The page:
Sleep Inn & Suites Upper Marlboro near Andrews AFB
9310 Marlboro Pike
Upper Marlboro, MD 20772
Phone: (301) 599-9400
Fax: (301) 599-0820
Arts & Museums
Anacostia Museum - at this lesser-known Smithsonian museum, the spotlight is on African-American culture and issues. There is no permanent collection, but the museum provides innovative, special exhibits. They tend to be current and interactive, with many suited to children. Admission is free.
The U.S. Navy Museum, one of the fourteen naval museums was established in 1961. It displays artifacts that date back to 1793 and the collection provides insight into U.S history. With artifacts like the world's deepest diving submersible, it attracts hoards of visitors every year. Apart from that, it also houses photographs and other materials, vital for researchers and students. By hosting various exhibitions, it not only creates awareness but also pays respect to the national heroes. You can also take back a part of the history from the memorabilia displayed in the gift shop.
Located south of D.C., the National Children's Museum is a delightful institution dedicated to teaching children about the world around them and their responsibilities therein. Designed for children eight and under, the museum teaches little ones about their civic duties, global geography, as well as general arts and entertainment points of interest. An interactive theater further engages kids, as well as fun Sesame Street characters decorating the walls. Age-conscious displays for children three and under as well as for older children adapt to their interests and learning needs in order to create a lasting impact on their perception of the world at large.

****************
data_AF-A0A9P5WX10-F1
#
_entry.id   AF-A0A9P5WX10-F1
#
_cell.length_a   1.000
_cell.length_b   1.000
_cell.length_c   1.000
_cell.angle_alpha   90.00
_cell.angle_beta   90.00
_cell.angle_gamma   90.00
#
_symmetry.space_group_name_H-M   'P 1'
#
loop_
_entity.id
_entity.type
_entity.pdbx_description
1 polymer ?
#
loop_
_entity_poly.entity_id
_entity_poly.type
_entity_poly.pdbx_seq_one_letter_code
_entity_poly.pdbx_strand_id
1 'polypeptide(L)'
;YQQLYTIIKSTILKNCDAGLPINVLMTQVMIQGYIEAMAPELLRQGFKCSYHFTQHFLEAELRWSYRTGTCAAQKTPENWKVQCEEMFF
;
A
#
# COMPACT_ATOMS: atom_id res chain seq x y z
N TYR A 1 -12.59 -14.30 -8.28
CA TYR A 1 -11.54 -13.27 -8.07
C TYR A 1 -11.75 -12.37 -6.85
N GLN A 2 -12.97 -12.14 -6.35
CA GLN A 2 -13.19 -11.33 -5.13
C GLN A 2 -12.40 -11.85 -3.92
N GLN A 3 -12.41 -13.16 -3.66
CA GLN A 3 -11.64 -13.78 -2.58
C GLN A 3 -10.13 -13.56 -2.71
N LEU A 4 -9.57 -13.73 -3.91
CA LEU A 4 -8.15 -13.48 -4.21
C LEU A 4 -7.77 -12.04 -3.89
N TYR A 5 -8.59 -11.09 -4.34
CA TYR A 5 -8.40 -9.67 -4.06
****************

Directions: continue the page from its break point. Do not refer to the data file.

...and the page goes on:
See a wireless telegraph, a telegram sent from the Titanic, a crystal radio built in the 1920s, the cathedral-shaped radios of the 1930s, post-WWII plastic portable radios, and, of course, television. You're sure to find something that will make you say, "We used to have one of those." Of particular interest to Washingtonians of the 1960s and 1970s are props and sound effects used by Willard Scott and Ed Walker, the "Joy Boys of Radio." Only the first floor is handicap accessible.
The oldest house on Capitol Hill, with parts dating back to 1680, Sewall-Belmont House has a fascinating history. Sections of the Louisiana Purchase were written here, and, roughly a century later, the amendment giving women the right to vote was drafted under its roof. In 1929, it was purchased by the National Women's Party, to serve as its headquarters. It is now a museum and library focusing on the advancement of women's political rights. Admission is free.
Opened on December 2, 2008, the US Capitol Visitor Center is the new main entrance to the U.S. Capitol Building. There are a lot of exhibits and visitors can see the original copy of Franklin Roosevelt's “Day of Infamy” speech and a letter from George Washington. There are also two theaters where visitors can learn more about the U.S. government. Reservations for tours are highly recommended.
From stagecoach to Model T, learn about the techniques and technologies the U.S. Postal Service has employed to deliver mail over the years. Exhibits at National Postal Museum also demonstrate the important role that mail has played in the country's development. Interactive computer displays and videos of train robberies are especially popular. Stamp collectors should not miss the museum shop. Admission is free.